This event—the Mountain Meadows Massacre—was the worst case of domestic terrorism in U.S. history until the Oklahoma City Bombing in 1995. What is so tragic and ironic, is that the perpetrators of the massacre were themselves the victims of earlier religious persecutions and massacre.

Perhaps the greatest irony is that the worst act of domestic terrorism in U.S. history would be perpetrated on September 11, 2001—144 years to the day since the Mountain Meadows Massacre. As with the terrorism of 9/11/1857, the terrorism of 9/11/2001 was perpetrated by religious zealots who clung to memories of and resentments regarding earlier persecutions that their religious communities had suffered.
Reform Mormons embrace 9/11 as a Day of Remembrance. The two terrorist acts that took place on this day—in 2001 and in 1857—are taken as warnings of what can happen when a community clings to grievances of past wrongs, and assumes that they have either a rational or a divinely-mandated license to avenge those wrongs.

Reform Mormons turn to the story told by “The Book of Mormon” for guidance. They realize that no community is immune to bitterness, to fantasies of vengeance for wrongs suffered, and to the intoxicating but deadly illusion that violence against one’s enemies is divinely sanctioned.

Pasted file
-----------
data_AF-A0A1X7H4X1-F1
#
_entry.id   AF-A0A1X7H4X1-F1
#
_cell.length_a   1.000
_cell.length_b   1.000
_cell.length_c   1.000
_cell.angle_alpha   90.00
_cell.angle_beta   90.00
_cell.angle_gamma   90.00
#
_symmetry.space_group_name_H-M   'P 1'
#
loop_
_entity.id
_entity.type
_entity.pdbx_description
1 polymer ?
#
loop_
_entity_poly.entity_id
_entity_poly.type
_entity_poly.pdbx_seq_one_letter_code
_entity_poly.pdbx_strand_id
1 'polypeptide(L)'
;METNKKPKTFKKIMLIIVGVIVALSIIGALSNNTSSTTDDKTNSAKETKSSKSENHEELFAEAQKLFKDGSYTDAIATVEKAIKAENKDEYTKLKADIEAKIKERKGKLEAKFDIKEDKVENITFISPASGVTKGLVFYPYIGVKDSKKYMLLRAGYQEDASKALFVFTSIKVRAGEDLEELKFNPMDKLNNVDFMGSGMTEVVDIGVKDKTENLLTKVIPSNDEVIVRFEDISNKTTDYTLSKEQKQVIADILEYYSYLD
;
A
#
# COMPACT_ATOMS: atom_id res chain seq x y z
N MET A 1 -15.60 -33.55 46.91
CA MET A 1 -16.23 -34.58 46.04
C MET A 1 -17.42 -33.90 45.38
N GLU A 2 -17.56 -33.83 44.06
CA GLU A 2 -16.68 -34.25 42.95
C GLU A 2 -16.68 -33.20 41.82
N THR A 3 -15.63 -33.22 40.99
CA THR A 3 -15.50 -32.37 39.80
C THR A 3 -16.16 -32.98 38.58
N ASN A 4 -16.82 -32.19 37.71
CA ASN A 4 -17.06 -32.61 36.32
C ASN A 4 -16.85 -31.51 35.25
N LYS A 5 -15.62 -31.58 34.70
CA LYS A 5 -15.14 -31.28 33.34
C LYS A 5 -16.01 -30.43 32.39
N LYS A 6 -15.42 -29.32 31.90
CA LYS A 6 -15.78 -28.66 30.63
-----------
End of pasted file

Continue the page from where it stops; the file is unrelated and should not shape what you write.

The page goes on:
On 9/11, Reform Mormons seek to remember that despite wrongs and injustices suffered, they have committed themselves to emulating the character of God as revealed in the character of Jesus. That character is embodied in the principles found in Biblical Sermon on the Mount and in “The Book of Mormon’s” Sermon at the Nephite Temple:

“Behold, it is written, an eye for an eye, and a tooth for a tooth;
but I say unto you, that ye shall not resist evil.
Whosoever shall smite thee on thy right cheek, turn to him the other…
Love your enemies, bless them that curse you,
so good to them that hate you,
and pray for them who despitefully use you and persecute you;
that ye may be the children of your Father who is in heaven;
for He makes his sun to rise on the evil and on the good…
Old things are done away with, and all things have become new.
Therefore, I would that ye should be perfect even as I, or your Father who is in heaven is perfect."

(See III Nephi 12: 38—48 [LDS Edition] / III Nephi 6: 84—92 [COC Authorized Version]